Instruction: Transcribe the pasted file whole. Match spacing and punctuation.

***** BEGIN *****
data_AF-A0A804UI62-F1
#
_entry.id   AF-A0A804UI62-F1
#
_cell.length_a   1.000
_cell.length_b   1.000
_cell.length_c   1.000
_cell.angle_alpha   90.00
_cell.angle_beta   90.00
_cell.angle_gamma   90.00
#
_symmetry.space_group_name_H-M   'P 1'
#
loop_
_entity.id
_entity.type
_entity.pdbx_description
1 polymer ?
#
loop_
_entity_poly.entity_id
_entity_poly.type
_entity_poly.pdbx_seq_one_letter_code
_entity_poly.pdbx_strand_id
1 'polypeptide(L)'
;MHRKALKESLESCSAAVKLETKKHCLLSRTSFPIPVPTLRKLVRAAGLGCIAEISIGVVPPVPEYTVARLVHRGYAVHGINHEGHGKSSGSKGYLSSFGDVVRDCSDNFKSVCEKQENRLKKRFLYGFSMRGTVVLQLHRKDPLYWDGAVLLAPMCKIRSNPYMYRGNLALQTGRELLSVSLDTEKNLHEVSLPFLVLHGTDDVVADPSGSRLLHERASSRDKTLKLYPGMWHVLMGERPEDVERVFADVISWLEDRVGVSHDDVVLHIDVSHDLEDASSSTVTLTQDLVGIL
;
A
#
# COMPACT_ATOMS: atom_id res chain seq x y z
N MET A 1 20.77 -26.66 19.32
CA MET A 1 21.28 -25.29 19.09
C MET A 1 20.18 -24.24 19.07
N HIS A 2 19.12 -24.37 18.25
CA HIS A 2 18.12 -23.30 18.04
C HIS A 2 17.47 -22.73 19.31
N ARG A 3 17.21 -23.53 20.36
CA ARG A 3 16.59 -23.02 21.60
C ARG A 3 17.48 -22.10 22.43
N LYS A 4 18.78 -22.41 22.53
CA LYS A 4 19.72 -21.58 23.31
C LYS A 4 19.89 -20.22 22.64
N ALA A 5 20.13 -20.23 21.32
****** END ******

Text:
data_AF-A0A804UI62-F1
#
_entry.id   AF-A0A804UI62-F1
#
_cell.length_a   1.000
_cell.length_b   1.000
_cell.length_c   1.000
_cell.angle_alpha   90.00
_cell.angle_beta   90.00
_cell.angle_gamma   90.00
#
_symmetry.space_group_name_H-M   'P 1'
#
loop_
_entity.id
_entity.type
_entity.pdbx_description
1 polymer ?
#
loop_
_entity_poly.entity_id
_entity_poly.type
_entity_poly.pdbx_seq_one_letter_code
_entity_poly.pdbx_strand_id
1 'polypeptide(L)'
;MHRKALKESLESCSAAVKLETKKHCLLSRTSFPIPVPTLRKLVRAAGLGCIAEISIGVVPPVPEYTVARLVHRGYAVHGINHEGHGKSSGSKGYLSSFGDVVRDCSDNFKSVCEKQENRLKKRFLYGFSMRGTVVLQLHRKDPLYWDGAVLLAPMCKIRSNPYMYRGNLALQTGRELLSVSLDTEKNLHEVSLPFLVLHGTDDVVADPSGSRLLHERASSRDKTLKLYPGMWHVLMGERPEDVERVFADVISWLEDRVGVSHDDVVLHIDVSHDLEDASSSTVTLTQDLVGIL
;
A
#
# COMPACT_ATOMS: atom_id res chain seq x y z
N MET A 1 20.77 -26.66 19.32
CA MET A 1 21.28 -25.29 19.09
C MET A 1 20.18 -24.24 19.07
N HIS A 2 19.12 -24.37 18.25
CA HIS A 2 18.12 -23.30 18.04
C HIS A 2 17.47 -22.73 19.31
N ARG A 3 17.21 -23.53 20.36
CA ARG A 3 16.59 -23.02 21.60
C ARG A 3 17.48 -22.10 22.43
N LYS A 4 18.78 -22.41 22.53
CA LYS A 4 19.72 -21.58 23.31
C LYS A 4 19.89 -20.22 22.64
N ALA A 5 20.13 -20.23 21.32